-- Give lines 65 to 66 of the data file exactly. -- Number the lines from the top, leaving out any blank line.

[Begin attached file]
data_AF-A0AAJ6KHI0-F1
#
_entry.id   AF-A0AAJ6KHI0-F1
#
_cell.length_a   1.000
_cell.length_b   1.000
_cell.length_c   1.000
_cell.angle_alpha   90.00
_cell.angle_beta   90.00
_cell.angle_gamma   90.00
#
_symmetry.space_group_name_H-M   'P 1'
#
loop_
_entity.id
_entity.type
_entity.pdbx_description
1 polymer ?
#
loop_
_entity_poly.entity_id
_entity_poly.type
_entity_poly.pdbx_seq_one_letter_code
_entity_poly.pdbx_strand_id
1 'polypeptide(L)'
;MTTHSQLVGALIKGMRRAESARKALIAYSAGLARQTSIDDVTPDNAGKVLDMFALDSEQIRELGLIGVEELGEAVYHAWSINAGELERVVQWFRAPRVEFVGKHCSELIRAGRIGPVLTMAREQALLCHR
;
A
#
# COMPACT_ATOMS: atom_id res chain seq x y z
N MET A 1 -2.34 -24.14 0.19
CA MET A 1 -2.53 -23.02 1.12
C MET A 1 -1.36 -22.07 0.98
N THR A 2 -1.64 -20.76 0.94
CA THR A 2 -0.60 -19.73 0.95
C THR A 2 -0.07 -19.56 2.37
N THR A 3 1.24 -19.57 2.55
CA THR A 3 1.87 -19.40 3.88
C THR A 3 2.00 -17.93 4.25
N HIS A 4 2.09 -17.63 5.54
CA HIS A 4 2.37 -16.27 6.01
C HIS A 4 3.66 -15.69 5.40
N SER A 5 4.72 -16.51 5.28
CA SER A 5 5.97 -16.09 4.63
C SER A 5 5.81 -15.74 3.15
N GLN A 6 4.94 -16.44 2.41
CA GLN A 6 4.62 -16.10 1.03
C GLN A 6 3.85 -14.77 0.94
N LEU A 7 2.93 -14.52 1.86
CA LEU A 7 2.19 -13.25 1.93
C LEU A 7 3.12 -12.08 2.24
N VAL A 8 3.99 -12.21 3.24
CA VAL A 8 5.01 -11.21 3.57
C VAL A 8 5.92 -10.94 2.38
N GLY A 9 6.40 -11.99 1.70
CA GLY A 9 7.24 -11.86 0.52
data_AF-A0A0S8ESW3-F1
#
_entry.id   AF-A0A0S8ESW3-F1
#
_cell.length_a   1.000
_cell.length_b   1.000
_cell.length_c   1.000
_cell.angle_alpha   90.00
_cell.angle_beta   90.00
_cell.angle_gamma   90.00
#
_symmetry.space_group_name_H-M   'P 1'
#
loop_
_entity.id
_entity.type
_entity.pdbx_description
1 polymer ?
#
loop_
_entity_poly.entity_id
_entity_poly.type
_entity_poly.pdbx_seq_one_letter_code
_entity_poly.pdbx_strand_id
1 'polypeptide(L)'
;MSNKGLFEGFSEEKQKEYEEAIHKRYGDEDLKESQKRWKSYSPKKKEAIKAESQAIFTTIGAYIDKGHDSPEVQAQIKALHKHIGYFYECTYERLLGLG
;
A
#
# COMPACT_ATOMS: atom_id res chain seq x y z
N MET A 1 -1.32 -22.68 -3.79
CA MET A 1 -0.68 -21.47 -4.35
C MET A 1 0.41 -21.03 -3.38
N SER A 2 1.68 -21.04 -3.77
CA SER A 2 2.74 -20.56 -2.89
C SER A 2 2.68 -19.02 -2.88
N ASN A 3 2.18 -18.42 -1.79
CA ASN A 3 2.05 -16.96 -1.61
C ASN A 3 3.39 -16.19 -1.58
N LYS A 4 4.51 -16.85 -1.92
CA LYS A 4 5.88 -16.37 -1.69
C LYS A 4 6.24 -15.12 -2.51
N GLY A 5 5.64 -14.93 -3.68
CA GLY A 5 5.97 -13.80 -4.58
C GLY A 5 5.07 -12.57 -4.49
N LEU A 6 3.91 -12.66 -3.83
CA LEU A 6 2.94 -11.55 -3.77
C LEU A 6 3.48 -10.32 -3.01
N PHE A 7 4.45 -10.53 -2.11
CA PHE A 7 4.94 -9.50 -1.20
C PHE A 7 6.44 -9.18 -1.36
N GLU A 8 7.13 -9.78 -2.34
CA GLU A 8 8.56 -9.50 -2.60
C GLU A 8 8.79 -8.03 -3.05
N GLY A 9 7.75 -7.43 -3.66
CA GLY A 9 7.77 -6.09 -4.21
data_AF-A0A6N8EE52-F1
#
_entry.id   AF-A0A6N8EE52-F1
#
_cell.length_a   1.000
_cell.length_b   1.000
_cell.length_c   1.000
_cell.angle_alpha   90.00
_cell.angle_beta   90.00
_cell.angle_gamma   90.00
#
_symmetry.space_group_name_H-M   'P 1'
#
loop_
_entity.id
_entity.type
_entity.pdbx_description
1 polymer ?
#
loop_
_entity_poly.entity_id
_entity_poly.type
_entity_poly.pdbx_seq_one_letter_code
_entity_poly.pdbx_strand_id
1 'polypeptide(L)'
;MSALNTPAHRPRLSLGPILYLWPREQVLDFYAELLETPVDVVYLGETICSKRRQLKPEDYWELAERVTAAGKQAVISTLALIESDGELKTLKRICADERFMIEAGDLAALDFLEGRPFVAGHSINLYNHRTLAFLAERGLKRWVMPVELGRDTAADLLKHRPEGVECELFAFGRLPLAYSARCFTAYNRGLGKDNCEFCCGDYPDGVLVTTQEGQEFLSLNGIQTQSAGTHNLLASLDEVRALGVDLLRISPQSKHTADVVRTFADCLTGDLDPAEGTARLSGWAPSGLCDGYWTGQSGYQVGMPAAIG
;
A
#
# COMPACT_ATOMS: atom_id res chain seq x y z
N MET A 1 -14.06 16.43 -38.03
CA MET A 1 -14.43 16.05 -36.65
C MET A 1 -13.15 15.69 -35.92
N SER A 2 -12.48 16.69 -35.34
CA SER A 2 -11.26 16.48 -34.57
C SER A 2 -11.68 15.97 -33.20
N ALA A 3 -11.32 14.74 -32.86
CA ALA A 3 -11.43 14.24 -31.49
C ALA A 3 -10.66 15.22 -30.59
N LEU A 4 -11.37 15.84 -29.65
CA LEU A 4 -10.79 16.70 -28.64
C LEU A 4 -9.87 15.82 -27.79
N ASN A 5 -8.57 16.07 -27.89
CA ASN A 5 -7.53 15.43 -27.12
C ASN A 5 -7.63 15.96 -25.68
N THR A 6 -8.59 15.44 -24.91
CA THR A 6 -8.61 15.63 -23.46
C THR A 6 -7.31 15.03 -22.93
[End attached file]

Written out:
_cell.angle_beta   90.00
_cell.angle_gamma   90.00